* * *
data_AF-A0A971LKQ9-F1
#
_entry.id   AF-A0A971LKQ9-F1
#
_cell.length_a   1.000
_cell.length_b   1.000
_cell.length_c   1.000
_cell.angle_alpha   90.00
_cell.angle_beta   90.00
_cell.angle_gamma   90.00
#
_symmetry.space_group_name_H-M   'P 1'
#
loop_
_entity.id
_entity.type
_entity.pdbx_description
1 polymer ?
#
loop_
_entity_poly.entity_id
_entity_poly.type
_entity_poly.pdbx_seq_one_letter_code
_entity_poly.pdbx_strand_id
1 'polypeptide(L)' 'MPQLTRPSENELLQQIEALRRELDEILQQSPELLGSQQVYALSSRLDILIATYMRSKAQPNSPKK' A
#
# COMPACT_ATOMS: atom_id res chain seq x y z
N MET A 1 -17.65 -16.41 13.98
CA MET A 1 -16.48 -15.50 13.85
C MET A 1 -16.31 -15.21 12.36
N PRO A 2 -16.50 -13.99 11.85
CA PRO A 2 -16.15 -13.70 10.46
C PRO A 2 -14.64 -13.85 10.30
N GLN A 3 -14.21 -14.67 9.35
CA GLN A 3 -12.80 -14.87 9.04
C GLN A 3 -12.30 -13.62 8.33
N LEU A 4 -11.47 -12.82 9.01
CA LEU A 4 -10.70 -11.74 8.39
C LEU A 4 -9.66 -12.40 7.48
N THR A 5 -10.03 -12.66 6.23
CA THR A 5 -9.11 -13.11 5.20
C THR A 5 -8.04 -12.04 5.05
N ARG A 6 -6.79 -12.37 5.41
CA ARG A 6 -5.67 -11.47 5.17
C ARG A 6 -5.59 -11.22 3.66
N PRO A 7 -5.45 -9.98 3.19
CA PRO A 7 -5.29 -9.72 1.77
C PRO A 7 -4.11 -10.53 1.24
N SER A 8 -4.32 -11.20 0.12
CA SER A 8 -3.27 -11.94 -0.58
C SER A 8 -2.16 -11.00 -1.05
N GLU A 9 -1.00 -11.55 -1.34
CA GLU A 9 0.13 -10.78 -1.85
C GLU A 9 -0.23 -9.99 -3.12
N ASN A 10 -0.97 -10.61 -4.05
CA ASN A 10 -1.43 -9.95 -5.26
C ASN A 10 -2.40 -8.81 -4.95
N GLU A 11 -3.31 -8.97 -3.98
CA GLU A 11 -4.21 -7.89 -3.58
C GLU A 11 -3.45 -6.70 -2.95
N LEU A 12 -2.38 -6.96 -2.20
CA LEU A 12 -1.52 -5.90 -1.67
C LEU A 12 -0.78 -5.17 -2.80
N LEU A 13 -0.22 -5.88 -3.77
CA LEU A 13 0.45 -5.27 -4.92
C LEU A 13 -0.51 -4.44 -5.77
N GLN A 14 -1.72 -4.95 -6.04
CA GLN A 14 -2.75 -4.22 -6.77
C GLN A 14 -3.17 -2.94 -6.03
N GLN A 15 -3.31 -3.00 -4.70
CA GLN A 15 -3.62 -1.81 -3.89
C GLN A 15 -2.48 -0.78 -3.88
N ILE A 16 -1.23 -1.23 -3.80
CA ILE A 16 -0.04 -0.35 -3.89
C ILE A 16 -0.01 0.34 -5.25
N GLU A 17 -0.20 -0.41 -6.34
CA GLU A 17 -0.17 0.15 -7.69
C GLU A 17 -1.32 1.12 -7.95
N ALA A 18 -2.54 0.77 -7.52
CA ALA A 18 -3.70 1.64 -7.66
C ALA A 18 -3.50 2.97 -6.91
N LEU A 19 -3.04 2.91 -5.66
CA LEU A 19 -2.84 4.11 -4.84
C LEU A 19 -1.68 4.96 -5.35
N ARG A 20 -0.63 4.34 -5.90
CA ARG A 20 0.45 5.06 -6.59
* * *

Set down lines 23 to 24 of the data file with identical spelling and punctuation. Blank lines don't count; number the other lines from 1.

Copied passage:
_entity_poly.pdbx_seq_one_letter_code
_entity_poly.pdbx_strand_id